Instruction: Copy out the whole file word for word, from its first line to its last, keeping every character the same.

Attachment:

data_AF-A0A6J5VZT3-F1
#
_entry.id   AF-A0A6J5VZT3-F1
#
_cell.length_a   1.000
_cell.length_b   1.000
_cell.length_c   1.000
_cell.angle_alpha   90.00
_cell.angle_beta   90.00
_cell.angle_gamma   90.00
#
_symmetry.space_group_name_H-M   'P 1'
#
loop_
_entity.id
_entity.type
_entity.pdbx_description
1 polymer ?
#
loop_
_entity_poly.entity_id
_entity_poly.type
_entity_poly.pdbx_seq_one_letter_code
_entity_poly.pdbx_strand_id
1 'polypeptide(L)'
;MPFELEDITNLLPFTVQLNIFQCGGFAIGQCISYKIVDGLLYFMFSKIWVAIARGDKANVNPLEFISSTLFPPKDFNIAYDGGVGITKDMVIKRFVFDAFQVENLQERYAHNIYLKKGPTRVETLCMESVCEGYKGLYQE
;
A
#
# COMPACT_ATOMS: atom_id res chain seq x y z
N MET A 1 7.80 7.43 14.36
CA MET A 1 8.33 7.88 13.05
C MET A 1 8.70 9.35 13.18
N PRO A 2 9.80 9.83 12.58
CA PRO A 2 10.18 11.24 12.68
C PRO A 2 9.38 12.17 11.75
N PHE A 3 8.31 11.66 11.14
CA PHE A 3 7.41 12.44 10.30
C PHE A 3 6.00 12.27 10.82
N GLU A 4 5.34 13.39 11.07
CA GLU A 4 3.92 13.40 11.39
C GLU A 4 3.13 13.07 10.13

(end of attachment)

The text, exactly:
data_AF-A0A6J5VZT3-F1
#
_entry.id   AF-A0A6J5VZT3-F1
#
_cell.length_a   1.000
_cell.length_b   1.000
_cell.length_c   1.000
_cell.angle_alpha   90.00
_cell.angle_beta   90.00
_cell.angle_gamma   90.00
#
_symmetry.space_group_name_H-M   'P 1'
#
loop_
_entity.id
_entity.type
_entity.pdbx_description
1 polymer ?
#
loop_
_entity_poly.entity_id
_entity_poly.type
_entity_poly.pdbx_seq_one_letter_code
_entity_poly.pdbx_strand_id
1 'polypeptide(L)'
;MPFELEDITNLLPFTVQLNIFQCGGFAIGQCISYKIVDGLLYFMFSKIWVAIARGDKANVNPLEFISSTLFPPKDFNIAYDGGVGITKDMVIKRFVFDAFQVENLQERYAHNIYLKKGPTRVETLCMESVCEGYKGLYQE
;
A
#
# COMPACT_ATOMS: atom_id res chain seq x y z
N MET A 1 7.80 7.43 14.36
CA MET A 1 8.33 7.88 13.05
C MET A 1 8.70 9.35 13.18
N PRO A 2 9.80 9.83 12.58
CA PRO A 2 10.18 11.24 12.68
C PRO A 2 9.38 12.17 11.75
N PHE A 3 8.31 11.66 11.14
CA PHE A 3 7.41 12.44 10.30
C PHE A 3 6.00 12.27 10.82
N GLU A 4 5.34 13.39 11.07
CA GLU A 4 3.92 13.40 11.39
C GLU A 4 3.13 13.07 10.13